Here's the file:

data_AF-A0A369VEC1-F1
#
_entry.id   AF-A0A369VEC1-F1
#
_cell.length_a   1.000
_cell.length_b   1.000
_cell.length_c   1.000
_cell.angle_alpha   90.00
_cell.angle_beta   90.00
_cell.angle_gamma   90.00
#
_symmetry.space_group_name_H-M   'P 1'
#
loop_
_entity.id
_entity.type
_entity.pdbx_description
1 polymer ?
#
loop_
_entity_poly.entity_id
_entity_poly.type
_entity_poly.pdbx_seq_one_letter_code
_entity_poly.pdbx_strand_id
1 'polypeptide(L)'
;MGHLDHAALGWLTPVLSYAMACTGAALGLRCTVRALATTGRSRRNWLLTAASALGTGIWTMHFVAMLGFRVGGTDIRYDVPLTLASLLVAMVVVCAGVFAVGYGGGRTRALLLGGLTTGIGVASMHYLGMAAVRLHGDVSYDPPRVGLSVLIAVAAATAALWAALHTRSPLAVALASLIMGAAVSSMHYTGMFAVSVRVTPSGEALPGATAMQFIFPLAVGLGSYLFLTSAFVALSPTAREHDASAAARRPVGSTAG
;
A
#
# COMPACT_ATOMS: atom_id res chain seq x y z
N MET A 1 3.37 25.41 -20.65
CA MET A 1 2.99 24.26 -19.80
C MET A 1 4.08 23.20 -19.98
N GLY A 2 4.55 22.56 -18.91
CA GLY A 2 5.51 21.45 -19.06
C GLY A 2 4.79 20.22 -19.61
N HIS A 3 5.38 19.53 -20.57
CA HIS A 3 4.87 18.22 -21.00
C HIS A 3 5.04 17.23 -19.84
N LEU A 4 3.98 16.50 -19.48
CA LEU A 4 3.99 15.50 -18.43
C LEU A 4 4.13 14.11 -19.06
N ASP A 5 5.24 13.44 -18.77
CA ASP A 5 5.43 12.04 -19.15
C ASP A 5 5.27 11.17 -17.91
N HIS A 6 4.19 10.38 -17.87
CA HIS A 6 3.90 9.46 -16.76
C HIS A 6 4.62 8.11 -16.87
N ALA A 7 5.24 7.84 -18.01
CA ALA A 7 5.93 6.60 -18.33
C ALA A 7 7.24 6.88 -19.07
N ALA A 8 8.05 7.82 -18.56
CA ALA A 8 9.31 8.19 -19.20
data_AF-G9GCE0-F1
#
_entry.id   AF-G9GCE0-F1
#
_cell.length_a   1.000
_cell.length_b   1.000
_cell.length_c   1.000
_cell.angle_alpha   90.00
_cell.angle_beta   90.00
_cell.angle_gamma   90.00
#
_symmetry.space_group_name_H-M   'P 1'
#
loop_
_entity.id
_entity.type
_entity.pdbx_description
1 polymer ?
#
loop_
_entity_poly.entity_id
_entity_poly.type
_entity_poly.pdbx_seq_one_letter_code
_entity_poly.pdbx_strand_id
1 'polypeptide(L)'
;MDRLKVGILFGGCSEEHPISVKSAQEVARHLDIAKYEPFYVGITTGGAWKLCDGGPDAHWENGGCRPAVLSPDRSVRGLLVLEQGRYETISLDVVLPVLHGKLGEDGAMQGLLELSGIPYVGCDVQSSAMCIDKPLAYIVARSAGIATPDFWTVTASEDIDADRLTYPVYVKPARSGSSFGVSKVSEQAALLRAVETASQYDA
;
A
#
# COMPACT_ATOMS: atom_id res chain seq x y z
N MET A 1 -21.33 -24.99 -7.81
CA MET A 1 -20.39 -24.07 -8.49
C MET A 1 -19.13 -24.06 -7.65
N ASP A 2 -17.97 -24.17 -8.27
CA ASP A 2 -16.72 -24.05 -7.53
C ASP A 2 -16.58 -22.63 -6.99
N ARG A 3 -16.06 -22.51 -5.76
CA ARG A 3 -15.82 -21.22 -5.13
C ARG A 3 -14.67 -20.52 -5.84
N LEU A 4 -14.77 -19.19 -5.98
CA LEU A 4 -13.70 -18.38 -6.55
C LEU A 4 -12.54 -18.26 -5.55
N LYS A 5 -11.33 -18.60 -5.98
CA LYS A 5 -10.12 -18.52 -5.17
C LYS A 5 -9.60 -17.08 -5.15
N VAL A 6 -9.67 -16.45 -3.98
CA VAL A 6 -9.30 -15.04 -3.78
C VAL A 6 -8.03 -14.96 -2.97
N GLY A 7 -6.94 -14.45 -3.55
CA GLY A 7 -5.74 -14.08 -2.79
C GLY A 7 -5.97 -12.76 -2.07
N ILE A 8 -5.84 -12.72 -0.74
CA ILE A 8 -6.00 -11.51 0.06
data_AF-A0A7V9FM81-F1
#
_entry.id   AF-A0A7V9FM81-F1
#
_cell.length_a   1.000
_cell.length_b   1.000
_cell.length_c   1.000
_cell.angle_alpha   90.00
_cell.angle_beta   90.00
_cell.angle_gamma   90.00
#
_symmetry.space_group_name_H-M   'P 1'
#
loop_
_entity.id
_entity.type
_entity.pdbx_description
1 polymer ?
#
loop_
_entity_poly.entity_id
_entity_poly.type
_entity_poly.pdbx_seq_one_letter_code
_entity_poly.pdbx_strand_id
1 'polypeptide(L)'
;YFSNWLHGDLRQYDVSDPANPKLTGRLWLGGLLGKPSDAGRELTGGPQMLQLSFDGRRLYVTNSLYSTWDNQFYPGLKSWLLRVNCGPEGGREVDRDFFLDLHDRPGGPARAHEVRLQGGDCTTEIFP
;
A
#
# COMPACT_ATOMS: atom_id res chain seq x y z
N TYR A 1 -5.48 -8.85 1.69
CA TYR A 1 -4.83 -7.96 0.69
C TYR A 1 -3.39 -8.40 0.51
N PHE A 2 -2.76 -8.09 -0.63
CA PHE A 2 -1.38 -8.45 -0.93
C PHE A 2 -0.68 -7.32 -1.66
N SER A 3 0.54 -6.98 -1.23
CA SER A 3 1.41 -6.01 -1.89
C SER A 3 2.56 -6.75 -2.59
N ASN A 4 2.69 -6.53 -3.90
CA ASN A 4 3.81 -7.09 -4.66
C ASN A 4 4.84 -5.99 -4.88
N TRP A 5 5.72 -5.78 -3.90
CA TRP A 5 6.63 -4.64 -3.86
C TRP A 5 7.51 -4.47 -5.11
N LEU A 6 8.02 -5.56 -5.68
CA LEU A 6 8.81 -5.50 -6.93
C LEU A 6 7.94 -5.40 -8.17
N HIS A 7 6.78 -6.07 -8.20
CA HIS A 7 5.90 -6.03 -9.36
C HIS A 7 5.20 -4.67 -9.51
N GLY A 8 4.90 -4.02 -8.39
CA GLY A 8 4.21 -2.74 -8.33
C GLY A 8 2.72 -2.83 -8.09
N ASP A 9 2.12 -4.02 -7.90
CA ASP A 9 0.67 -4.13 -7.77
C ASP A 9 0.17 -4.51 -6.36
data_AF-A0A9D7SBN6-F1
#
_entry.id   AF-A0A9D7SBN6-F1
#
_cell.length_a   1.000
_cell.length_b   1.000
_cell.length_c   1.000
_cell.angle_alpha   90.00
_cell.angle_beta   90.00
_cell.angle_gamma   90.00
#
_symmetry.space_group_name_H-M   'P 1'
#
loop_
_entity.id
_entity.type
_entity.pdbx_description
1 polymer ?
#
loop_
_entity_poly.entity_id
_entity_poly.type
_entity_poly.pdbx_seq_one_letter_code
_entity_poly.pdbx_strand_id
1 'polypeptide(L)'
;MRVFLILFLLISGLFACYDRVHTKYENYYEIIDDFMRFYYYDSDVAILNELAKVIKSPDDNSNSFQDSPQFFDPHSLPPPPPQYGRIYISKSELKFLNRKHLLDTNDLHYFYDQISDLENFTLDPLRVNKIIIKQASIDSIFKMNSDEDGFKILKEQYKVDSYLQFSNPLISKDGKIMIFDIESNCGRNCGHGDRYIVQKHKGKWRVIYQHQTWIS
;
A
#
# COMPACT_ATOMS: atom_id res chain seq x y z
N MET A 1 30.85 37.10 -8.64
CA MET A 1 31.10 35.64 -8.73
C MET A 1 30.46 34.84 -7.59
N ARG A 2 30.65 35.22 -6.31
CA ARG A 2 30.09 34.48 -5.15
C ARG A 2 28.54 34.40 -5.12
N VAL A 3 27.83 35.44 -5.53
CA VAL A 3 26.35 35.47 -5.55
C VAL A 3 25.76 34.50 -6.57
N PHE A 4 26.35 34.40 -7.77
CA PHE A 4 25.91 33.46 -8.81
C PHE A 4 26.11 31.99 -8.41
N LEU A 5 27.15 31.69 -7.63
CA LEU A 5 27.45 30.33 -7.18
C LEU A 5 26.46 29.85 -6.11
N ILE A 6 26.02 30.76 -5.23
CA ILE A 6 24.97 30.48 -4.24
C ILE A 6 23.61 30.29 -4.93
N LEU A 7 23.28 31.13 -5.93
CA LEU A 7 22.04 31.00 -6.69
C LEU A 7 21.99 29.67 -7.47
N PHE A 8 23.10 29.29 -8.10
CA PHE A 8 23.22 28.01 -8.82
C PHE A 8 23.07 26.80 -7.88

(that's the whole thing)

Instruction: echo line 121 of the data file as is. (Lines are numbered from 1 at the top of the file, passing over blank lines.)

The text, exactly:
_entity.id